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PDF Drive investigated dozens of problems and listed the biggest global issues facing the world today. Reload to refresh your session. Pdfdrive:hope Give books away. Get books you want. Ask yourself: How does my work reflect my passions, skills, and interests? Use the largest, most colorful screen available.
As for reading on a larger screen— the book includes more than 2, lines of example code. Small screens break long lines of code into awkward, arbitrary segments, jumbling the formatting.
While still decipherable, the code becomes harder to read. But even I, Vern Vertical, put my tablet into the horizontal mode to proof this book. So please: starting with Chapter 1, do yourself a favor and rotate your tablet, reader, or phone to give yourself a long line of text. Do the coding exercises on a physical keyboard. Very, very few Web developers would attempt to do their work on a phone. The same applies to the variable that's returned from a function and the variable in the calling code that catches it.
They can share the same name, but don't have to. Anywhere you can use a variable, you can use a function. Technically, a function is a variable.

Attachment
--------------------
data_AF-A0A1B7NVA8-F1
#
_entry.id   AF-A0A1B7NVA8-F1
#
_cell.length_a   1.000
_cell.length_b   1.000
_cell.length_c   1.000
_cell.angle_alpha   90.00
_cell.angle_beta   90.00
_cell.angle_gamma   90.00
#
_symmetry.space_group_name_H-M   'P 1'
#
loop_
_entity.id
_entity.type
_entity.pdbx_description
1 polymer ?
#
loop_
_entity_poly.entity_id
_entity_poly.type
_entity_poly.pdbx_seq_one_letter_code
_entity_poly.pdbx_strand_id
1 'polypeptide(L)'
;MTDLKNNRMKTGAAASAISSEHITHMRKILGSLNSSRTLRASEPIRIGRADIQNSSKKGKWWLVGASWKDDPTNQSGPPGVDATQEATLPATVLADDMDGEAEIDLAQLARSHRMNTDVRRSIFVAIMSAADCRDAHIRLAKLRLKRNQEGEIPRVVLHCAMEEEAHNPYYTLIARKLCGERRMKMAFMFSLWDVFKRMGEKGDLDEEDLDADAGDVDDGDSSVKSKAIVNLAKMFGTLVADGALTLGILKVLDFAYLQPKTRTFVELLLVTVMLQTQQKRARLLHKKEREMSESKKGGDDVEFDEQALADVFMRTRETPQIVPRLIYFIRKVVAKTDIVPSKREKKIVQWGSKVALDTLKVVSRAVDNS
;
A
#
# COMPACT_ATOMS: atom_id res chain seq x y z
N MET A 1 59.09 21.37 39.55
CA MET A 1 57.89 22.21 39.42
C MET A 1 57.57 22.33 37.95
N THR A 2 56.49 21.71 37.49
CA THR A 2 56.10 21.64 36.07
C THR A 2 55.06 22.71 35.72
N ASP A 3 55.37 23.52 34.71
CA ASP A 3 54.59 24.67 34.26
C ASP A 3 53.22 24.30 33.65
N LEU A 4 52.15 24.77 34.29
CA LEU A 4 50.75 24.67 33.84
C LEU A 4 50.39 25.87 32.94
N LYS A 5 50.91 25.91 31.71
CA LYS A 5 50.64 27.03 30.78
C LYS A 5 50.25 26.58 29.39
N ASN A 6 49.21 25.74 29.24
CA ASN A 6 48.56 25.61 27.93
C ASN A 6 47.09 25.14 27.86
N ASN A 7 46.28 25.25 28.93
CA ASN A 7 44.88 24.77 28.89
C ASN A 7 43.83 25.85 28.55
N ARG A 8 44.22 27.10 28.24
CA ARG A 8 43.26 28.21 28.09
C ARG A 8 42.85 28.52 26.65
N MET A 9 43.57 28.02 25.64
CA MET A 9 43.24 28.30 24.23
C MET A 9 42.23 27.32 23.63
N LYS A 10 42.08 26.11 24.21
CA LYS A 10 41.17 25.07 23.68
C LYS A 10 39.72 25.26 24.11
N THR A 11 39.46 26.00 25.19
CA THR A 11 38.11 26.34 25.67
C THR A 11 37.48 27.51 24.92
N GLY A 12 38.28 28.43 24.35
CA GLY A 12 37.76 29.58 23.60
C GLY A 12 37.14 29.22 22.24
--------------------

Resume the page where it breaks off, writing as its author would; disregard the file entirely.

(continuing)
You can use a function to specify the message in an alert. You can use a function in an expression. You can use a function in a function call. The first argument is merchTot.
The second argument is the function calcTax, which is also passed merchTot. Within a function, you can call another function. It passes price as an argument and receives the shipping charge back. It adds the shipping charge to the price, and returns the sum to the original calling code as a total.
You've learned that you can pass any number of arguments to any number of parameters. Unfortunately, you don't have this flexibility in the return statement. No matter how many parameters it takes or how much processing it does, a function can return only a single value to the code that calls it. That is, the difference between global and local variables. Some variables have global scope, which makes them global variables. Other variables have local scope, which makes them local variables.
Nothing could be simpler, but for some reason, when the subject comes up in books and tutorials, obfuscation often rules. This will be easy. A global variable is one that's declared in the main body of your code—that is, not inside a function. A local variable is one that's declared inside a function.
It can be either a parameter of the function, which is declared implicitly by being named as a parameter, or a variable declared explicitly in the function with the var keyword. What makes a global variable global is that it is meaningful in every section of your code, whether that code is in the main body or in any of the functions.
Global scope is like global fame. Wherever you go in the world, they've heard of Bill Clinton. A local variable is one that's meaningful only within the function that declares it. Local scope is like local fame. The mayor of Duluth is known within Duluth, but pretty much unknown everywhere else.